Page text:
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What is a Floating Charge?

Published on 31st December 2018 - Last update on 15th May 2019

Even for seasoned UK business owners, searching for business finance can be an intimidating process. As well as having to source a suitable business finance product, you also need to make certain that you’re fully aware of all the aspects of the agreement which is placed before you. But if you’re being presented with financial terminology that you don’t understand, that can be easier said than done. One area that often leads to confusion involves Floating Charges, which come into effect should a company fall into liquidation. So, to enable you to be confident that you’re making the most appropriate decision for your business, here is what Floating Charge means in company law.

What is a Fixed and Floating Charge?

Fixed and Floating Charges are two aspects of a Debenture agreement, usually arranged alongside products such as Business Loans, Commercial Mortgages, Factoring, Discounting and Goodwill Loans. The purpose is to provide you and your creditors clarity regarding the order of repayment in the event of your business entering liquidation. So what exactly does a Fixed and Floating Charge mean in company law?

Thinking about applying for business finance? Having a difficult time making sense of what’s on offer? Apply for Alternative Business Finance or learn more about how your business could benefit.

Fixed Charge

A Fixed Charge can concern one or more specific assets logged within your business’ balance sheet, which is used as collateral to secure a financial agreement. This could involve anything from equipment, machinery, vehicles or property depending on the product in question. Therefore, if your business defaults and/or falls into liquidation, the creditor can repossess the asset(s) in order to reclaim the capital that they’re owed. As such, if you have any asset(s) that are subject to a Fixed Charge, you cannot sell or dispose of the asset without seeking prior permission from the creditor concerned.

Floating Charge

According to company law, if your business becomes insolvent, you’re required to resolve the debts that you owe to your employees and suppliers first. Yet once this has been completed, you can then move on to repaying any lenders and financial institutions to whom your business owes money to. However, by offering a Debenture to a specific lender, you’ve given them priority over any other lenders who don’t. As such, they can go in and reclaim the asset(s) which are subject to a Fixed Charge first. But, if the asset(s) fail to resolve all of the debt, the Debenture also provides them with a Floating Charge. This means that they have the right to repossess any assets on your balance sheet which aren’t subject to a Fixed Charge with anyone else until the debt has been resolved. Therefore, a Floating Charge is a mechanism which is used to provide Debenture holders with an additional layer of security in the event of your business becoming insolvent. Additionally, to answer a question that many prospective borrowers ask - Yes, a company can offer more than one Floating Charge.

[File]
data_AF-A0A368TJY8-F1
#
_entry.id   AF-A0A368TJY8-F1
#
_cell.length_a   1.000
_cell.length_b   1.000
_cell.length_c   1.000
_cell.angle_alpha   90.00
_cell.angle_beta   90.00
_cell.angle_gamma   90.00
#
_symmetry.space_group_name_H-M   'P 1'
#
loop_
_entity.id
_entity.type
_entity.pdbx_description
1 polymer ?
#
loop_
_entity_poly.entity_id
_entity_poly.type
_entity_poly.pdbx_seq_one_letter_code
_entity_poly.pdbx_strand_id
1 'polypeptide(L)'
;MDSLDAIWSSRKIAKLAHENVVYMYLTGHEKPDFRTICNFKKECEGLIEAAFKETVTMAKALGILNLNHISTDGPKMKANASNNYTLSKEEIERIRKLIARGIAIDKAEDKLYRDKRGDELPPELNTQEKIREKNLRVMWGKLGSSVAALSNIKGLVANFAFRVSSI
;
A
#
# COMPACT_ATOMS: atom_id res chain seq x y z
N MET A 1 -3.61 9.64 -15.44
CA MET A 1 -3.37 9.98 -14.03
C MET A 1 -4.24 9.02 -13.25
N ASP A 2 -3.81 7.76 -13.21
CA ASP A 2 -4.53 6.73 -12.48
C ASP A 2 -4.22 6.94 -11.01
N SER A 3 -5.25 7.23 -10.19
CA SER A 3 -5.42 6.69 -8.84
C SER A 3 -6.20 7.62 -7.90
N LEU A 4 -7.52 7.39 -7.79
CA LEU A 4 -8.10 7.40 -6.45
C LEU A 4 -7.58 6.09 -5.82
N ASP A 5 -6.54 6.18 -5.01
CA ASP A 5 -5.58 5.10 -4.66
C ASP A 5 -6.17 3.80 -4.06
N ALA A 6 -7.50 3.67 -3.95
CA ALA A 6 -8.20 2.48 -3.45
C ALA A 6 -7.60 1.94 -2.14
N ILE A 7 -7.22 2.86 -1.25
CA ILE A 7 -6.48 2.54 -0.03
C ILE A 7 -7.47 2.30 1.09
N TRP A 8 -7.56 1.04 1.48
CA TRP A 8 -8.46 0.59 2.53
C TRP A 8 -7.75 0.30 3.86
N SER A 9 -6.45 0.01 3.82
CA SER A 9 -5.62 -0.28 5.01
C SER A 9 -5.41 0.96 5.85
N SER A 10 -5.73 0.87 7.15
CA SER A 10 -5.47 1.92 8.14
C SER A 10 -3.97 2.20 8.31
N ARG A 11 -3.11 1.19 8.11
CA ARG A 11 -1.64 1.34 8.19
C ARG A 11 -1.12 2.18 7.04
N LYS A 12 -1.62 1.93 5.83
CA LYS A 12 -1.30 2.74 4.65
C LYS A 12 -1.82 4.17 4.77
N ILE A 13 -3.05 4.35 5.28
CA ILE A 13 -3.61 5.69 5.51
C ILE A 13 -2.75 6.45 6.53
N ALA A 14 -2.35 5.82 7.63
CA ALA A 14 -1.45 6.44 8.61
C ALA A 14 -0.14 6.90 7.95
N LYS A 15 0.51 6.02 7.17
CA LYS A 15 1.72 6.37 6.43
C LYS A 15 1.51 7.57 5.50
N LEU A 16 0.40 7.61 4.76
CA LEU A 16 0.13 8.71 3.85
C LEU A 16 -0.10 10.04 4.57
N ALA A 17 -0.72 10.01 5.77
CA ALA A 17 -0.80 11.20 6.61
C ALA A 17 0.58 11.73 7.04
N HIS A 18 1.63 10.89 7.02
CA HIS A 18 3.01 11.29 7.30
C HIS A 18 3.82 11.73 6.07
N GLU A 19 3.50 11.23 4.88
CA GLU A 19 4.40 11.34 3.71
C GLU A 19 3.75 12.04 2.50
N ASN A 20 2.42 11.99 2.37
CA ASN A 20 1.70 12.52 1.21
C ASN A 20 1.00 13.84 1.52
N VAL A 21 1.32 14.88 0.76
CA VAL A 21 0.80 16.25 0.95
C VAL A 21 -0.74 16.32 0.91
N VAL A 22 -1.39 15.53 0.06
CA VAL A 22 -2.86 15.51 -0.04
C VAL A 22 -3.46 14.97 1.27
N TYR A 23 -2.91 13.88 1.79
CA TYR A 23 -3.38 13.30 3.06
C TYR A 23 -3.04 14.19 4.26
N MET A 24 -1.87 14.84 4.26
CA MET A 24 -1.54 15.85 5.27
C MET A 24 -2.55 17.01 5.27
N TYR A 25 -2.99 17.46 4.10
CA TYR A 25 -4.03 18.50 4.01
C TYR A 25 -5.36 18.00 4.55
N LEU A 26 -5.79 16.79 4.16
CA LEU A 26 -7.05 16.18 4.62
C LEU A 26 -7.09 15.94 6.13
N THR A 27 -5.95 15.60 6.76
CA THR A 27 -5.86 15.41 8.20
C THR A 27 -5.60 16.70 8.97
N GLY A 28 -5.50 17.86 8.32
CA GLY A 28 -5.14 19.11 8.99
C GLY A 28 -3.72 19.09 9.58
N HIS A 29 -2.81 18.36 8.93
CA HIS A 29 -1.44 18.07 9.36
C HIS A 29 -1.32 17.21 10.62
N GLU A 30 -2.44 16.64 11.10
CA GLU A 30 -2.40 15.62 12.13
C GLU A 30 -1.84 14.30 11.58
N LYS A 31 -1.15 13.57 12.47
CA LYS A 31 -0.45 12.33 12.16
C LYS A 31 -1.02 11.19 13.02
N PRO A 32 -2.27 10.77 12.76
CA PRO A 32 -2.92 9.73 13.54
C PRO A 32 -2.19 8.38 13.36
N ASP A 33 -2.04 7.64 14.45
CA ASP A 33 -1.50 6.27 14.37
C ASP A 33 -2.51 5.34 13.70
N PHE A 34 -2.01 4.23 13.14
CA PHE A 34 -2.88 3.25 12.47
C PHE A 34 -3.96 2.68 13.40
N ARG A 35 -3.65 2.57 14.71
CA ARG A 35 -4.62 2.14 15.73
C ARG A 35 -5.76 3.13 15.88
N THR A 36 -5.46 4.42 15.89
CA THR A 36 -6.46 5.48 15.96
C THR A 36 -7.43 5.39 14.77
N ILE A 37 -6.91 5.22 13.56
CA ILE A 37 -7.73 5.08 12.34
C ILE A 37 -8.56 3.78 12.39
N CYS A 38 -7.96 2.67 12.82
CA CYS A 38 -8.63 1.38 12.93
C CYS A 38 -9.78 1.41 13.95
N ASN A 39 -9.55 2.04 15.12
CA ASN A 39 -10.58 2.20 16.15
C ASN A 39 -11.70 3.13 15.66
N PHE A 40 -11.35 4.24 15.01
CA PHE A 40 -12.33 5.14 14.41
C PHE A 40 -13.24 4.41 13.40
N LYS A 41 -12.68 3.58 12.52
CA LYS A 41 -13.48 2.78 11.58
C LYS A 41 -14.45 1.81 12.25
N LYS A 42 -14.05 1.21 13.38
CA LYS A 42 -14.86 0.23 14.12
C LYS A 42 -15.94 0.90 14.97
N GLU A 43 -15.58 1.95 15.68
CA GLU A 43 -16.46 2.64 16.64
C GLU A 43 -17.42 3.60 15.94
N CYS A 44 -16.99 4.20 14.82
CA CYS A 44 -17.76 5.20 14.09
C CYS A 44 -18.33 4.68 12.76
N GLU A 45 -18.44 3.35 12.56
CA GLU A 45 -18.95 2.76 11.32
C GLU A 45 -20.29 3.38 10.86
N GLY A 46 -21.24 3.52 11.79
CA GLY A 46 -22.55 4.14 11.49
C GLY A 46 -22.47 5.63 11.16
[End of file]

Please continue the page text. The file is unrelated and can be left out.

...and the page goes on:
How can I support my business’ finances?

Naturally, avoiding the risk of insolvency is the goal of any UK business owner, and depends on your ability to maintain your business’ finances. However, as you continue to trade, it can sometimes seem like a tall order. Especially if you’re in the midst of a period of slow trade or are waiting on late customer payments. However, there are a variety of ways in which you can support finances and maintain your bottom line. So, whilst Fixed and Floating Charges offer Debenture holders another layer of protection, you could safeguard your business’ success by applying for solutions such as Merchant Cash Advance, Invoice Factoring, Overdraft Replacement or Asset Refinance. All you need to do is source the most appropriate agreement for your business.

Need help sourcing a suitable finance agreement for your business?

Although it can be exciting to see your ideas thrive, managing a business isn’t for the fainthearted. As you continue to trade, there are a number of challenges that you will need to overcome in order to support growth and stay above your bottom line. But that can be a difficult task to achieve on your own, which is where the Alternative Finance industry could help. Providing access to a new generation of business finance solutions and specialist lenders, the challenge standing before you now is choosing a suitable business finance solution from a lender you can trust - which is where we can help.

At Rangewell, we’re an Access to Finance specialist who have mapped over 400 lenders to offer you a comprehensive overview of more than 23,000 business finance products. Our services are free to use and we’ll also guide you through the application process. So if you’re looking to apply for business finance and aren’t sure about what exactly the agreement involves, apply for Alternative Business Finance today or find out more with Rangewell.


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David Harrison

David Harrison

Content writer